"I may have lost it a little bit, which is not a good example, especially to my family and to the fans and children," Polamalu said. "The truth is, we got our butts kicked today."

Maybe the Steelers will regroup, and maybe they'll be able to fight through the malaise that tends to dog the team that lost the Super Bowl the previous year. But even if they do recover, they're likely going to be faced with an unpleasant reality: This does not look like a Ravens team that beats itself, or implodes in key moments. This looks like a team that punches you in the mouth, and dares you to match-up with the speed and strength they have at nearly every position.

It's just one game, sure. It would be prudent not to overreact. But all the talk of the Ravens mental hangups -- the stuff that has held them back the last two years -- seems pretty irrelevant right now. There is talent at almost every position. Some of it's green, and some of it graying, but there is certainly talent. And that is a scary reality for the rest of the NFL.

2. This is the year Terrell Suggs stakes his case to be called the best defensive player in the NFL.

When the Ravens gave Suggs a record-breaking contract three years ago, he became a convenient target for fans during a a frustrating 9-7 season. He started the season a little out of shape because he was slow recovering from off-season surgery, and then he was injured when Brady Quinn put a helmet on his knee after an interception. Fans complained that Suggs was lazy, that he never deserved a big contract in the first place, and that he was never going to be the premier pass rusher Baltimore needed.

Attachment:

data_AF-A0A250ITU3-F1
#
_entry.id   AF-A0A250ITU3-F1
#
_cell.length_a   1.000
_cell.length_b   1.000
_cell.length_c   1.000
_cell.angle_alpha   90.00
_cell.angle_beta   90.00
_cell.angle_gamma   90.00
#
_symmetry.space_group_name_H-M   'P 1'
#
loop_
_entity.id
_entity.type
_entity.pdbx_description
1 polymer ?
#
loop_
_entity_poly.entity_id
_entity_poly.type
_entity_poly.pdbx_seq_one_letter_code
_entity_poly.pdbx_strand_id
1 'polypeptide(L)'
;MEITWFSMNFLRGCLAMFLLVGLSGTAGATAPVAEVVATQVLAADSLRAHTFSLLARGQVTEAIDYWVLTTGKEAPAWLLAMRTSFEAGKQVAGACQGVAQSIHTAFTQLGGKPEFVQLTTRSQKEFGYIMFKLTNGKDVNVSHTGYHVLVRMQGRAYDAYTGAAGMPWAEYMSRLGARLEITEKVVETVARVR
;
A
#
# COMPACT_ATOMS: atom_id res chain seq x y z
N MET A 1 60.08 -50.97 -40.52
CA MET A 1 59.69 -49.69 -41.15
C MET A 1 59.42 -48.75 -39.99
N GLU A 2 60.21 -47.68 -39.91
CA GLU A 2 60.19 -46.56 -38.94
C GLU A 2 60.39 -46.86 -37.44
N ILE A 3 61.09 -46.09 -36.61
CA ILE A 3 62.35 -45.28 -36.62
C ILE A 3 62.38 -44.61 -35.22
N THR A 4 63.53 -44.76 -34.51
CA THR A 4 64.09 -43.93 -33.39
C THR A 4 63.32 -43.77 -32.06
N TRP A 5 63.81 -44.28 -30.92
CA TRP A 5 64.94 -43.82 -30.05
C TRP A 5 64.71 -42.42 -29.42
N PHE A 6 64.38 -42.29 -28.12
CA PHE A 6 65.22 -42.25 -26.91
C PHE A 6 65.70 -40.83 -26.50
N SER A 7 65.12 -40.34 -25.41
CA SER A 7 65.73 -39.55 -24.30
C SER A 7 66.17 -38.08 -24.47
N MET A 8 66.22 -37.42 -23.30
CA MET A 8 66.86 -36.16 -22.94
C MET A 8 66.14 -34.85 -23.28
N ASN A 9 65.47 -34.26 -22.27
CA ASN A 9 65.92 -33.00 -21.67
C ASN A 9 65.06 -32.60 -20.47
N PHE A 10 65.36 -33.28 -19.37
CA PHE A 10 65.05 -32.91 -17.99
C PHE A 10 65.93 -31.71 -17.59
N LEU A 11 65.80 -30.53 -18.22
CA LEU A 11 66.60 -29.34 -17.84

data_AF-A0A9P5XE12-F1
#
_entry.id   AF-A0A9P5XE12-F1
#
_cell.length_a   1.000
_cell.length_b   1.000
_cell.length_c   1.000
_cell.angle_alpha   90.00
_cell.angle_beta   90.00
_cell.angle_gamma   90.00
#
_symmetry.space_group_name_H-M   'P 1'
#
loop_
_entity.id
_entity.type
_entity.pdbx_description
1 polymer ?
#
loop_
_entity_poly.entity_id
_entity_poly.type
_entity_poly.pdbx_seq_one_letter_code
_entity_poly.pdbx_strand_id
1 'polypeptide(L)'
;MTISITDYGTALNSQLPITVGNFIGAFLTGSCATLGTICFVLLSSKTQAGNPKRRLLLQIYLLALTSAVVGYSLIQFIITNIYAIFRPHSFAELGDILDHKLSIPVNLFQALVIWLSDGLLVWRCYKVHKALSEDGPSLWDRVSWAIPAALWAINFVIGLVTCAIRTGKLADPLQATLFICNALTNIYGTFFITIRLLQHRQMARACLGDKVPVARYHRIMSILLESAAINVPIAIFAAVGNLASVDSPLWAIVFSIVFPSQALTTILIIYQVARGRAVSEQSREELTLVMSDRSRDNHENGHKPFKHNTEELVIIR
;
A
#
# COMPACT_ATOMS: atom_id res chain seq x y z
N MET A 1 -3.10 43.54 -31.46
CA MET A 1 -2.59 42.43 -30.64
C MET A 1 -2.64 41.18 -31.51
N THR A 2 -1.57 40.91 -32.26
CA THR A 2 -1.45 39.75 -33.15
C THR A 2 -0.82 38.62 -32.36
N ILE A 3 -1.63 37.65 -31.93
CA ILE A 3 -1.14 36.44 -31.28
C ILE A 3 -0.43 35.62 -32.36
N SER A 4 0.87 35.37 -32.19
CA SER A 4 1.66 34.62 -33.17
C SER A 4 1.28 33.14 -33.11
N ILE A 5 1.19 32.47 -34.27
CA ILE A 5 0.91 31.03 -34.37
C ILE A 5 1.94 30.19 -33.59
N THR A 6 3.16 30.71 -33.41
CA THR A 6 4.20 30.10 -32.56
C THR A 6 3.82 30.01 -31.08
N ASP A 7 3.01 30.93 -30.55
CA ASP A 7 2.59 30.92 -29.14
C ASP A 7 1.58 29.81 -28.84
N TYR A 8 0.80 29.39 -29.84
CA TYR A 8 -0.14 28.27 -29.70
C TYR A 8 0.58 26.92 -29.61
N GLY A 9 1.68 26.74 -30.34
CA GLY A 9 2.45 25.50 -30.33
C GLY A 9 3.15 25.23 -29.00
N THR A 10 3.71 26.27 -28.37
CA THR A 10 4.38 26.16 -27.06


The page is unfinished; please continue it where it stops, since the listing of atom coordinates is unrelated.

A lot of that criticism was foolish, but some of it was fair. Suggs was too talented to not put everything together, and about midway through 2010, everything started to click. He's too strong and too fast for most tackles, and when the Ravens move him around, make him hard to account for, he's a force of nature. He makes it almost impossible to run stretch plays, you can't leave him unblocked if you run away from him (because he's fast enough to run down the ball carrier from the backside) and he can even drop into coverage if you want to blitz a corner or a safety. We're now seeing the culmination of his skills on a consistent basis after he had three sacks and forced two fumbles against one of the hardest quarterbacks in the game to bring down. And if you love defense, it's a beautiful thing to watch.

"He’s one of the premier defensive players that everybody gameplans around," Harbaugh said. "He gets blocked every different kind of way a guy can get blocked, from one game to the next, when you watch it. He still finds a way to make plays. Plus, he’s one of the best leaders I’ve been around. This guy is one of the hardest working guys I’ve ever been around."

That may not have always been the case, and Suggs is the first to admit it. He'll always be a prankster, a talker and a free spirit, but he understands, too, the Ravens need more from him.

"After nine years, you've got to grow up sometime," Suggs said. "I was always the big kid, but Ray [Lewis] said he needed me to take my place along side him and [Ed Reed]. I think that's going to be big for us this year. We're the General, the Lieutenant and the Captain."

If Suggs isn't named Defensive Player of the Year this year, then hopefully it's because Haloti Ngata steals the award away from him. Both of them should make opposing coaches lay awake night, sweating, trying to figure out ways to block them.
3. There may still be growing pains, but I think Sunday made it clear that cutting ties with Derrick Mason and Todd Heap was a good thing for this team and for Joe Flacco.